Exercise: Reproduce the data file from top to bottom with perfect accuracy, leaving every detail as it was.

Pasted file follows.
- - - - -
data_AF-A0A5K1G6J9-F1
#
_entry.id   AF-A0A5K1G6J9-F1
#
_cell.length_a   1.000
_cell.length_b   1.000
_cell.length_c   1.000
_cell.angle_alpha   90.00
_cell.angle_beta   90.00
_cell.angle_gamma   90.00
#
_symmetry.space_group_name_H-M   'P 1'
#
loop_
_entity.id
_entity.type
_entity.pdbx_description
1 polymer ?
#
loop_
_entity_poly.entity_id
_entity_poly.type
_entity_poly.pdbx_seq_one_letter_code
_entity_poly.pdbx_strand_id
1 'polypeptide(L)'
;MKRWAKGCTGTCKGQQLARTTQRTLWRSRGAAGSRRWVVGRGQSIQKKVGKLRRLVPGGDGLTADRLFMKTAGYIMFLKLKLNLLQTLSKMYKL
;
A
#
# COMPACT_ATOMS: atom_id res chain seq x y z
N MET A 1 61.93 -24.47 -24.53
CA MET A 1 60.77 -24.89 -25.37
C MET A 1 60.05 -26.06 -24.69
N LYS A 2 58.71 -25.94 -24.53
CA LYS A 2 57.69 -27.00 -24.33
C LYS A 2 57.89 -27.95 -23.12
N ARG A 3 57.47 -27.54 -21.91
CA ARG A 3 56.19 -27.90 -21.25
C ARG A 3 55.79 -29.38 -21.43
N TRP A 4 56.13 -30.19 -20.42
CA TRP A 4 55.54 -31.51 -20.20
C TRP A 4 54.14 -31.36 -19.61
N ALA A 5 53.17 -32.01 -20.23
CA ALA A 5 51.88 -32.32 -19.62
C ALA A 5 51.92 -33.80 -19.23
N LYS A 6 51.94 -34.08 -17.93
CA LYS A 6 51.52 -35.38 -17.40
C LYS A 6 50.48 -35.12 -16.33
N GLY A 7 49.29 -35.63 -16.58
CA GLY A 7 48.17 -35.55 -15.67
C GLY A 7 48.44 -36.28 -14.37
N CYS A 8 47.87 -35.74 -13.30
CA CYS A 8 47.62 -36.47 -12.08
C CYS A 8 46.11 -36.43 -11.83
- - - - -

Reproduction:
data_AF-A0A5K1G6J9-F1
#
_entry.id   AF-A0A5K1G6J9-F1
#
_cell.length_a   1.000
_cell.length_b   1.000
_cell.length_c   1.000
_cell.angle_alpha   90.00
_cell.angle_beta   90.00
_cell.angle_gamma   90.00
#
_symmetry.space_group_name_H-M   'P 1'
#
loop_
_entity.id
_entity.type
_entity.pdbx_description
1 polymer ?
#
loop_
_entity_poly.entity_id
_entity_poly.type
_entity_poly.pdbx_seq_one_letter_code
_entity_poly.pdbx_strand_id
1 'polypeptide(L)'
;MKRWAKGCTGTCKGQQLARTTQRTLWRSRGAAGSRRWVVGRGQSIQKKVGKLRRLVPGGDGLTADRLFMKTAGYIMFLKLKLNLLQTLSKMYKL
;
A
#
# COMPACT_ATOMS: atom_id res chain seq x y z
N MET A 1 61.93 -24.47 -24.53
CA MET A 1 60.77 -24.89 -25.37
C MET A 1 60.05 -26.06 -24.69
N LYS A 2 58.71 -25.94 -24.53
CA LYS A 2 57.69 -27.00 -24.33
C LYS A 2 57.89 -27.95 -23.12
N ARG A 3 57.47 -27.54 -21.91
CA ARG A 3 56.19 -27.90 -21.25
C ARG A 3 55.79 -29.38 -21.43
N TRP A 4 56.13 -30.19 -20.42
CA TRP A 4 55.54 -31.51 -20.20
C TRP A 4 54.14 -31.36 -19.61
N ALA A 5 53.17 -32.01 -20.23
CA ALA A 5 51.88 -32.32 -19.62
C ALA A 5 51.92 -33.80 -19.23
N LYS A 6 51.94 -34.08 -17.93
CA LYS A 6 51.52 -35.38 -17.40
C LYS A 6 50.48 -35.12 -16.33
N GLY A 7 49.29 -35.63 -16.58
CA GLY A 7 48.17 -35.55 -15.67
C GLY A 7 48.44 -36.28 -14.37
N CYS A 8 47.87 -35.74 -13.30
CA CYS A 8 47.62 -36.47 -12.08
C CYS A 8 46.11 -36.43 -11.83